Whenever I host a party, whether it's at my home or lake-side retreat, the menu flows naturally. I usually leave that business to my wife, who's much more adept at kitchen affairs than I could ever hope to become.
But I can't seem to hit the right note when it comes to selecting background music.
Do I play New Age? Or do I turn to soft rock? I'm an opera buff but many people do not share my passion for it, just as I don't care for their country or hard rock.
It depends upon the crowd, you say. The youngsters like rap. The middle-aged prefer nostalgia. The elderly seem to have an affinity for Big Band sounds.
So what happens when your party consists of three generations?
A recent family gathering sent my head spinning. My cousin wanted Neil Diamond. For all I know, he may have dated a sweet girl named Caroline.
No sooner had the crooner hit the speakers when the first complaint was filed. "Gads, that music is giving me a headache. Can't you find something a bit more soothing?"
"Sure," I said. "I have just the thing — some Yo-Yo Ma on the cello with flute mixed in."
"You want to put us to sleep?" said another. "Speed it up a bit, will you?"
"I got just the thing," an 18-year-old intervened. She went to the car and brought back Madonna, which nearly blew the roof off the house. Can't say I mind the singer, but some of her music tends to be a bit too raucous for my taste.
Other people seem to have the same problem. I cannot go to a wedding without some disc jockey blaring his amps over dinner. It's often so loud that I can't carry on a conversation with the guest beside me.
We find ourselves competing with the music and pretend to understand each other's conversation when really we don't.
It's one thing to become exposed to loud music at a concert, if that's what you really want, but not in a more sedate environment when music isn't the focal point.
I entertained a group of close friends and popped the question, "So what will it be, folks?"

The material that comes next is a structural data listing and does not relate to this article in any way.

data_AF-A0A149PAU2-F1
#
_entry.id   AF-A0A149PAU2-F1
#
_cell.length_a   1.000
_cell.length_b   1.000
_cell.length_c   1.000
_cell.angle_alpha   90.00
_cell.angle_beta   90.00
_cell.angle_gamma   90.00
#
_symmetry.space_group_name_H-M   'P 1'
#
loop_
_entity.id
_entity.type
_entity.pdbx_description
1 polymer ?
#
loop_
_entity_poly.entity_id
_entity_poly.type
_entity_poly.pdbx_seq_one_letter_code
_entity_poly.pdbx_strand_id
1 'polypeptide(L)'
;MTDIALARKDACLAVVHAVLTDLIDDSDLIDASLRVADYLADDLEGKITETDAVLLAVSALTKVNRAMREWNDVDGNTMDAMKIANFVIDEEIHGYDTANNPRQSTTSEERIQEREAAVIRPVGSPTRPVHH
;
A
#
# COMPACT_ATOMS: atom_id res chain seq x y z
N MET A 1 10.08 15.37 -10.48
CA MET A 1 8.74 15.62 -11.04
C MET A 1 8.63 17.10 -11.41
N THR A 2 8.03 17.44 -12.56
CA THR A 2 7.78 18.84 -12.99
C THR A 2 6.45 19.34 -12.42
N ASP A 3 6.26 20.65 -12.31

They thought I meant cocktails.
"Music, boys. What's your pleasure? You name it, I've got it."
I own a vast music library, whether it's at home or in the car. I try to be selective in what I play when guests are involved. More often than not, I get complimented upon my choice. Just to cover myself, I have it all categorized.
"Play something relaxing," they suggested.
Well, it was so stimulating. Hardly anyone noticed I was playing anything at all. I sat there waiting for somebody to laud my musical aperitif, and one finally did.
"I love your choice of music," he said.
It made me feel like a million bucks because I take great pride in my culture and music is a very integral part of it. During ethnic occasions, I choose Armenian symphony music and people enjoy it. Maybe they don't get enough of it at home.
During an interview once with an upper-crust woman, she indicated that her favorite entertainer was Yanni. She didn't know if that was his first name or his last. Just Yanni.
"Never heard of him," I admitted.
"Oh, he's just the greatest thing to hit the musical world," the woman said. "Kind of a mix between New Age and jazz."
An hour later, I was at a middle school photographing a principal when I noticed this picture of Yanni on the secretary's desk. I was taken aback by the coincidence.
"You mean to say you don't know Yanni?" the secretary wondered. "I'm hooked. His music is so inspiring and contemplative."
I forgot about Yanni, but Yanni didn't forget about me. After being entertained by my niece at a barbeque, we settled inside before the mosquitoes got us. I put my head back against the sofa and was sent into tranquility by this music being played in the background. I couldn't help but remark about it.
"Some artist they call Yanni," my niece divulged. "Terrific, isn't it?"
At times, I do enjoy my music loud, especially when I wish to ignore the person who has my ear ringing with useless conversation.
That's when I wish they'd play Wagner. His music is actually better than it sounds.
The only solution at my parties is to find something that will accommodate all tastes and genres. If that doesn't work, I could always opt for a karaoke party or entertain the thought of hosting a sing-along.
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Photographer and writer Tom Vartabedian is retired from The Haverhill Gazette. He contributes this regular column.